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Freak Out-Mother’s of Invention 1966 Entire Album

https://en.wikipedia.org/wiki/Freak_Out!

 

Freak Out! is the debut album by American band The Mothers of Invention, released June 27, 1966 on Verve Records. Often cited as one of rock music’s first concept albums, the album is a satirical expression of frontman Frank Zappa‘s perception of American pop culture. It was also one of the earliest double albums in rock music (although Bob Dylan‘s Blonde on Blonde preceded it by a week), and the first 2-record debut. In the UK the album was originally released as a single disc.

The album was produced by Tom Wilson, who signed The Mothers, formerly a bar band called the Soul Giants. Zappa said many years later that Wilson signed the group to a record deal in the belief that they were a white blues band.[1][2] The album features Zappa on vocals and guitar, along with lead vocalist/tambourine player Ray Collins, bass player/vocalist Roy Estrada, drummer/vocalist Jimmy Carl Black and guitar player Elliot Ingber, who later joined Captain Beefheart‘s Magic Band under the name Winged Eel Fingerling.[3][4]

The band’s original repertoire consisted of rhythm and blues covers; though after Zappa joined the band he encouraged them to play his own original material, and the name was changed to The Mothers.[5] The musical content of Freak Out! ranges from rhythm and blues, doo-wop[6] and standard blues-influenced rock to orchestral arrangements and avant-garde sound collages. Although the album was initially poorly received in the United States, it was a success in Europe. It gained a cult following in America, where it continued to sell in substantial quantities until it was discontinued in the early 1970s.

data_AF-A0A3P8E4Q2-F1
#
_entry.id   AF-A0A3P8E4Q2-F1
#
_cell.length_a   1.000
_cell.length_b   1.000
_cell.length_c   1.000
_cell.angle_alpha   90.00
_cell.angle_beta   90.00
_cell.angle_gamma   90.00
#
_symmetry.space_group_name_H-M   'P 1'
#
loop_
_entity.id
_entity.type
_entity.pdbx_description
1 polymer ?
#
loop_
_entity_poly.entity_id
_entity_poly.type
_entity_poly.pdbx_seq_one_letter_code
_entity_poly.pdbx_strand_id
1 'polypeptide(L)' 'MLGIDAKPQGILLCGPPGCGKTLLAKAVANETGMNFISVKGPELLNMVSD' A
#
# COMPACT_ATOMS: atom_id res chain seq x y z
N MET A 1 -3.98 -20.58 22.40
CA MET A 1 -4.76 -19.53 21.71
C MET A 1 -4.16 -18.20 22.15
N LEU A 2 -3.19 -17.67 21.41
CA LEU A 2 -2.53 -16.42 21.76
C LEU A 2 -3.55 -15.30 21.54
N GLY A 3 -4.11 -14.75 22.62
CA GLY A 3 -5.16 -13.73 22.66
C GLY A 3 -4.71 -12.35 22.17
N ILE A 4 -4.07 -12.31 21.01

In 1999, it was honored with the Grammy Hall of Fame Award,[7] and in 2003, Rolling Stone ranked it among the “500 Greatest Albums of All Time.”[8] In 2006, The MOFO Project/Object, an audio documentary on the making of the album, was released in honor of its 40th anniversary.[9][10] This is Official Release #1.

 

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